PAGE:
Guest post by partner Torokhtiy Weightlifting
The name of my sport of choice, Olympic weightlifting, speaks for itself: It’s difficult by definition.
If you’re interested in weightlifting, you’ll want to find a training process that you’ll be able to commit to and enjoy so you can see the longevity and results you want.
Creating Your Ideal Weightlifting Workout Routine
My name is Oleksiy Torokhtiy, I’m a professional weightlifter, 2-time Olympian, and World and European medalist. In over 15 years of my career, there have been many good and bad training days.
In this article, I want to share with you how to optimize and stick to a workout routine.
In order to successfully cope with intense training, a structured, systematic, conscious, and disciplined approach is necessary. When your motivation wanes, the information provided below can help keep you on track.
Tip 1: Understand the Weightlifting Training Process
The weightlifting training process is not a series of PR sessions and constant epic growth in the snatch and clean & jerk. This is long and systematic work, and not only on the platform.
Consider that even if you train 5 times a week for 2 hours, you only spend 10 hours a week in the gym. But the rest of your life also has a significant impact on your athletic performance:
- A well-organized workday
Your condition and well-being during the training itself directly depend on these lifestyle factors.
Tip 2: Your Workout Routine Is Not Dogma
This is what one of my coaches said: A training plan is not dogma, but a guide to action.
I don’t advise treating training as all or nothing. Imagine that you had planned out a week, but stress from work or family obligations knocked you off and prevented you from exercising the way you intended to, so you stopped entirely.
Just because of an all-or-nothing mentality and a belief that lifting weights is pointless without going heavy, many people avoid doing it altogether.
Even if you’re unable to do your whole program as intended, you’ll still benefit from performing a portion of it or a scaled option.
Have just enough energy and time for a 25-minute lifting session rather than a 2-hour one? Great. Try it out. Do some morning exercises to warm up your legs and back, or focus on some technical tasks with an empty bar.
If you do this, it’ll be quite easy to stick to your workout schedule. As an example of short sessions, you can try my EMOM weightlifting program.
Tip 3: Too Much Too Soon Is a Bad Idea
Some people believe weightlifting training must be extremely intensive to be effective, which is similar to the all-or-nothing approach. However, excessive intensity just makes it more difficult to stick to a regimen, especially for novice athletes.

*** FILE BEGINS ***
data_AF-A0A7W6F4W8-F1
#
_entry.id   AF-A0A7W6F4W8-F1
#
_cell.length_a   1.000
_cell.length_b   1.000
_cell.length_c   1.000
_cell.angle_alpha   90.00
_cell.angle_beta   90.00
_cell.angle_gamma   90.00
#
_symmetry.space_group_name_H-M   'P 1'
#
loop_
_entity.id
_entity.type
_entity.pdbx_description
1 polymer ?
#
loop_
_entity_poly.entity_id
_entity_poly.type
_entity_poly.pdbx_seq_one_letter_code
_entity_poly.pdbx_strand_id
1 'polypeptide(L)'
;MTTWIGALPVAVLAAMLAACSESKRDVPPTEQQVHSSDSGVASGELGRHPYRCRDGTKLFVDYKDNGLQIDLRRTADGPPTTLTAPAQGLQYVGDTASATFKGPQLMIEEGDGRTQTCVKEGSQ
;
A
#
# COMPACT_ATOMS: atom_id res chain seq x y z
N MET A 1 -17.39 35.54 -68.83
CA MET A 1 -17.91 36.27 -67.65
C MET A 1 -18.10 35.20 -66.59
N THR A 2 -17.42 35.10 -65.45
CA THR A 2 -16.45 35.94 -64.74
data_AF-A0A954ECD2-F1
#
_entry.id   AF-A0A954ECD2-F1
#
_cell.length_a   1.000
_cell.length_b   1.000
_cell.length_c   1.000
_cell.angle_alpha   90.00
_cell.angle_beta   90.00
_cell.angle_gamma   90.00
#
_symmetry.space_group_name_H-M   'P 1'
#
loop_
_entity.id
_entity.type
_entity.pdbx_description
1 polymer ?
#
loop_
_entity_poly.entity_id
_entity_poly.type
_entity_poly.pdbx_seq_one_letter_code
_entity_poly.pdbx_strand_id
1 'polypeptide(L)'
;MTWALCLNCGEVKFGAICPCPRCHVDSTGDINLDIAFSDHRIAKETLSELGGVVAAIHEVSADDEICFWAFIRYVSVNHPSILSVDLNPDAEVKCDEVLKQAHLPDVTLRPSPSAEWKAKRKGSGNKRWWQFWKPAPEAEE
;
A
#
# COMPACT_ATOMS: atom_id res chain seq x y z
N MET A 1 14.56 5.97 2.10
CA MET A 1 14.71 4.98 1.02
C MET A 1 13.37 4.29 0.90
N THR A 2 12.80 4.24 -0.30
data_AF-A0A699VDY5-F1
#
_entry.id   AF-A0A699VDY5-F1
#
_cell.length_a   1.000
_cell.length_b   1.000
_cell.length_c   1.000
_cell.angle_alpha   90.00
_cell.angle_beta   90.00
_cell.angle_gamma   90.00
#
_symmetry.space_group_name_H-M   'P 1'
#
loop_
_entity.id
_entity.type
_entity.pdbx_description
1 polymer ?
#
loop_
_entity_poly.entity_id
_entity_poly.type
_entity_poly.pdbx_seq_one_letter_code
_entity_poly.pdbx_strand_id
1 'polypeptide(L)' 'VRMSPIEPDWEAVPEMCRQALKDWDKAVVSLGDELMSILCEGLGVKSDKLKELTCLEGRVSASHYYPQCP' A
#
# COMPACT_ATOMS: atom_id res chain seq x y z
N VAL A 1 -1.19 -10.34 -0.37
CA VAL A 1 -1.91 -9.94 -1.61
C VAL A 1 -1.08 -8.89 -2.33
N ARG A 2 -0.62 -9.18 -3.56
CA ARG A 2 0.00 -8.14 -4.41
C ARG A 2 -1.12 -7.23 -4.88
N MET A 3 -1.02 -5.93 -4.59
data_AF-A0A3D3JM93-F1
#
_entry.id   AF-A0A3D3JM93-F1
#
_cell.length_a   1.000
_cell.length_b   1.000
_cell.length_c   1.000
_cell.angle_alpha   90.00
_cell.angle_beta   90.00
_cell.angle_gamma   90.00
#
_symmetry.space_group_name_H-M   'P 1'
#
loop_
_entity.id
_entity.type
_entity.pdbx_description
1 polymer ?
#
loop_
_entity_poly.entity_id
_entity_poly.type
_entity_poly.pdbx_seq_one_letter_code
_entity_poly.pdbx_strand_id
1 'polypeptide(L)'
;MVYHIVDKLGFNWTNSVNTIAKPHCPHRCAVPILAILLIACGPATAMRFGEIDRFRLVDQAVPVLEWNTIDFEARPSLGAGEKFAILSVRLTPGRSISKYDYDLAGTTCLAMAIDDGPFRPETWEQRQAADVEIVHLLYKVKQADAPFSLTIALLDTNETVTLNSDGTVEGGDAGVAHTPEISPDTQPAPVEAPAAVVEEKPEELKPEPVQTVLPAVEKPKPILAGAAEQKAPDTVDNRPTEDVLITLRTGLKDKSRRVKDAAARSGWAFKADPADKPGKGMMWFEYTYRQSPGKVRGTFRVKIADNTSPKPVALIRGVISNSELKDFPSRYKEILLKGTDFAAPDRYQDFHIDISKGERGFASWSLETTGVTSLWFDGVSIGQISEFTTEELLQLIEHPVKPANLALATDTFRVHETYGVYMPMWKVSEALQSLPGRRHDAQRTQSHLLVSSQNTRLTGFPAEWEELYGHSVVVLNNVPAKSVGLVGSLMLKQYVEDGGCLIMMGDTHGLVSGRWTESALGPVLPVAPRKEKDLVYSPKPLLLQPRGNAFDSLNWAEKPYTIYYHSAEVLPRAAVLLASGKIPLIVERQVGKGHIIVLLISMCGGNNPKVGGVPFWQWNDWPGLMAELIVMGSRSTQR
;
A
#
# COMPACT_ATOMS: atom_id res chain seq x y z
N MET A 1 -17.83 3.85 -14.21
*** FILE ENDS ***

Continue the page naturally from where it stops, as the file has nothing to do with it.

Your body won’t adapt to exercising just yet if you’re starting (or restarting) a workout regimen, so you’ll experience soreness more quickly than someone who has been lifting regularly for months. To adjust to the new habit you’re establishing, your body requires some time.
It’s challenging to work out regularly if you attempt to keep up with a more advanced lifter or try to copy his training routine. You’ll probably feel exhausted and sore for days. Additionally, you run the risk of getting hurt.
Adjust the volume and intensity of your workouts to meet your present level of fitness rather than attempting to leap immediately into a rigorous program. You can also ask a coach for assistance.
Tip 4: Follow Weightlifting Nutrition Rules
Olympic weightlifting nutrition does not include extreme dietary changes, calorie reductions, or food category eliminations. Your body requires adequate nutrition to lift weights so it can function properly and effectively.
Making sure you eat something first thing in the morning is important if you work out in the morning. A banana could be a fantastic alternative to a full breakfast since it provides you with the carbohydrates you need without any added fat or protein that takes a long time to digest.
If you lift after work, be sure to eat consistently throughout the day. Then, have a meal that contains protein and carbs, such as poultry and porridge, 1-2 hours before a weightlifting session.
Eat a post-workout meal or snack that has both carbohydrates and protein to speed up your muscles’ recovery.
Learn more about my Maximum Performance NUTRITION.
Tip 5: Find the Way You Love To Exercise
Athletes are less likely to perform drills they dislike.
Exercising might be difficult at times, but you should feel good afterward. If you have trouble sticking to a routine because you don’t find it enjoyable, experiment with different types of exercises to find something that you love.
In my younger years, I simply hated front squats. I wasn’t good at this exercise, and I always felt uncomfortable with the barbell in the front rack position.
At the same time, I loved to jerk. My coach knew these 2 features of mine, and as an alternative, he combined front squat + jerk.
At first, I needed to suffer a little with 2 reps of front squats, and after, I was happy to jerk. Over time, this problem simply disappeared.
You already know that Olympic weightlifting may be challenging. To avoid getting off track while planning a training routine, you must be ready for the obstacles that lie ahead.
Just keep in mind that the result is worthwhile, and keep a “warm body and cold mind.”
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